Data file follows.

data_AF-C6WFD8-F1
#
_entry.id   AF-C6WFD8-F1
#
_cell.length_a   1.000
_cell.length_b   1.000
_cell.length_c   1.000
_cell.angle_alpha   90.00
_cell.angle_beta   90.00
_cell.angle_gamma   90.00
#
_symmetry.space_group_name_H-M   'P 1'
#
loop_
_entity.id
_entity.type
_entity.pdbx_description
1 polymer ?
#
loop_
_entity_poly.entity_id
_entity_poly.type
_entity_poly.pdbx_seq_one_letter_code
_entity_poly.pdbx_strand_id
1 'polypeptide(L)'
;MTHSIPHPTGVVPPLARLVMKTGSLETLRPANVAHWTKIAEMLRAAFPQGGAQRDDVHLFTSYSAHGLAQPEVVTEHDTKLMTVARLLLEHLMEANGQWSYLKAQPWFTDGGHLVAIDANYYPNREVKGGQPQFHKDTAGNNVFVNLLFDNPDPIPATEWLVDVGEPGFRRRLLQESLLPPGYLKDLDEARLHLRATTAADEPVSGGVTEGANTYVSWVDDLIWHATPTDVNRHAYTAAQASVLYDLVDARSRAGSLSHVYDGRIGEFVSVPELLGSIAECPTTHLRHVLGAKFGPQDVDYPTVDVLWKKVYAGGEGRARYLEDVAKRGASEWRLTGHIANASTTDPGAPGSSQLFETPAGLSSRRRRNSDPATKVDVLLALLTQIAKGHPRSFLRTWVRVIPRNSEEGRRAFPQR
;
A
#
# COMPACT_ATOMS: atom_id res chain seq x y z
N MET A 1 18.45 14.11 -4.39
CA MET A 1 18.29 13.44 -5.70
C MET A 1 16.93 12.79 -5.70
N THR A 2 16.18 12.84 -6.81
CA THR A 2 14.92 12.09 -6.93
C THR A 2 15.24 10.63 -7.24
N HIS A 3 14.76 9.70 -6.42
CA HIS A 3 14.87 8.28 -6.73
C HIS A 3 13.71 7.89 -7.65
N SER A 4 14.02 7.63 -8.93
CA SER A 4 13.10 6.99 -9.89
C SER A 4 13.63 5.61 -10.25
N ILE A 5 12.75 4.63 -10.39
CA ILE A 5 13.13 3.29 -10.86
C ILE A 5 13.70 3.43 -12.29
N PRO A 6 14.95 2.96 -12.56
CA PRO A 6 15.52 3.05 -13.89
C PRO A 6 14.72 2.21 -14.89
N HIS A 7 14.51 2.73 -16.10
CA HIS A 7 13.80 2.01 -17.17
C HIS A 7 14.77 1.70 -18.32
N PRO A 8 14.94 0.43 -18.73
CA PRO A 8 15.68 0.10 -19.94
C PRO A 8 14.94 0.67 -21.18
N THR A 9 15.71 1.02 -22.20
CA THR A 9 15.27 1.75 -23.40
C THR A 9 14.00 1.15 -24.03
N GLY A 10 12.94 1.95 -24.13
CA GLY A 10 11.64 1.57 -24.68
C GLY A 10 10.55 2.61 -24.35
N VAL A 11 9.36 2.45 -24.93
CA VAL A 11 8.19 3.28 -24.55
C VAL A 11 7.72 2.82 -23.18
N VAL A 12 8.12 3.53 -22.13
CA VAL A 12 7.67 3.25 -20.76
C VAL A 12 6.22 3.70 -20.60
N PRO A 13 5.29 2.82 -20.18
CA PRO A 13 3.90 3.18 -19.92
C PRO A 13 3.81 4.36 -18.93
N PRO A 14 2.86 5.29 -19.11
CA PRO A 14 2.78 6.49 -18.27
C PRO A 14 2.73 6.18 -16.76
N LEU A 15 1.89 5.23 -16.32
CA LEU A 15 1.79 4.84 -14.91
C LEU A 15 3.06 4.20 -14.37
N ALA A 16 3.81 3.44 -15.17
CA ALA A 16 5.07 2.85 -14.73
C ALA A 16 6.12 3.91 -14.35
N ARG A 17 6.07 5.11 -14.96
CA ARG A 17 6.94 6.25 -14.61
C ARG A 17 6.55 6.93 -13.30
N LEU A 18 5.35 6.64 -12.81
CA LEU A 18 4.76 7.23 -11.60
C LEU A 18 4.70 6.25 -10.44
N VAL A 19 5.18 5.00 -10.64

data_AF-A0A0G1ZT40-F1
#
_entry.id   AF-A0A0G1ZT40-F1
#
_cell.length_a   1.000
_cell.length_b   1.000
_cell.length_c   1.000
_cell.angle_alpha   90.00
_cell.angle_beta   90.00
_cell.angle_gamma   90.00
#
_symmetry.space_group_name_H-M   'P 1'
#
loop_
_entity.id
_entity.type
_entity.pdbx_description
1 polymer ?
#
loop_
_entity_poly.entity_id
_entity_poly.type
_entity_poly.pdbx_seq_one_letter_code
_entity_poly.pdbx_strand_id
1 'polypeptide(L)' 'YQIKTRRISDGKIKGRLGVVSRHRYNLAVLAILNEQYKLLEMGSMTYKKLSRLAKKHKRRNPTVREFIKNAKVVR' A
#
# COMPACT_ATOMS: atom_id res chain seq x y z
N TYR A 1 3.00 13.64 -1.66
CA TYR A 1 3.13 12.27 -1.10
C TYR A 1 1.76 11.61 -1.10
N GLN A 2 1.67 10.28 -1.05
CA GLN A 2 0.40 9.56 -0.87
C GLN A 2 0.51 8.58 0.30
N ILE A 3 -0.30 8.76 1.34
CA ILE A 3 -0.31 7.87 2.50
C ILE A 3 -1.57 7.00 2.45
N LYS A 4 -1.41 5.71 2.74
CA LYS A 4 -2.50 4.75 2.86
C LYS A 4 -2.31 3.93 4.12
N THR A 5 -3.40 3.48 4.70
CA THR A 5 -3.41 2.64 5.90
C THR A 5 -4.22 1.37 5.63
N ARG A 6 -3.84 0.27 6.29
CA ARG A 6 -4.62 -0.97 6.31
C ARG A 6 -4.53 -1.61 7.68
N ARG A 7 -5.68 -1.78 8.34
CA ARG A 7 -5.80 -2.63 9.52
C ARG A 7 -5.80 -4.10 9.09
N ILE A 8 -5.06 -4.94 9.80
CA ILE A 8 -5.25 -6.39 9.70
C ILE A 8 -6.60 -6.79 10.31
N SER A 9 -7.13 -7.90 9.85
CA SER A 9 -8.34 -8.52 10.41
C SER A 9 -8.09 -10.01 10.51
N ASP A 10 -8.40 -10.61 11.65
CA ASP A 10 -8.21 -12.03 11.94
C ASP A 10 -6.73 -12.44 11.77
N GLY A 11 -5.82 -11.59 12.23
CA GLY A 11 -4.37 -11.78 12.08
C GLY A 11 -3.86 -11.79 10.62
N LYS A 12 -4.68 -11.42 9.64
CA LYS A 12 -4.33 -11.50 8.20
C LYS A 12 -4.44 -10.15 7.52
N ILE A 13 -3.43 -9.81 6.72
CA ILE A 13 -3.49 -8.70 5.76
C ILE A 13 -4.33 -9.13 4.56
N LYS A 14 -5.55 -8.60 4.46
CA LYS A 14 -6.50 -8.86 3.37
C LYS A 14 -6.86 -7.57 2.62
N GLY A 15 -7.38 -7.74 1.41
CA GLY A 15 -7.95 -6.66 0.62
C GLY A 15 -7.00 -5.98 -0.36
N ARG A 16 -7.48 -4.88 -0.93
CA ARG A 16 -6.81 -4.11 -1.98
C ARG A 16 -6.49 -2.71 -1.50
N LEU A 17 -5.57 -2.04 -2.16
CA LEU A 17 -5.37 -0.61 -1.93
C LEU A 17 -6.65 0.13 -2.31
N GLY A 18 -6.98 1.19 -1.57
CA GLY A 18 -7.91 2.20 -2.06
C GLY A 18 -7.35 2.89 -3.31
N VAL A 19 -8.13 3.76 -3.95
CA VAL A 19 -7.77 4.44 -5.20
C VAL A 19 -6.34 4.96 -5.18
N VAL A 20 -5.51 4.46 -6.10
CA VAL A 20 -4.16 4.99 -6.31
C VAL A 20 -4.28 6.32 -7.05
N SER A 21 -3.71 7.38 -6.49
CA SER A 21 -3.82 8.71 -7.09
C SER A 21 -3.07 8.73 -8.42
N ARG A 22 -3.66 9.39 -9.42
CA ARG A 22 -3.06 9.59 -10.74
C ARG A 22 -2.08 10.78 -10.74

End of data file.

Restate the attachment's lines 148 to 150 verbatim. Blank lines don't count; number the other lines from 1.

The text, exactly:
C LYS A 12 -4.44 -10.15 7.52
N ILE A 13 -3.43 -9.81 6.72
CA ILE A 13 -3.49 -8.70 5.76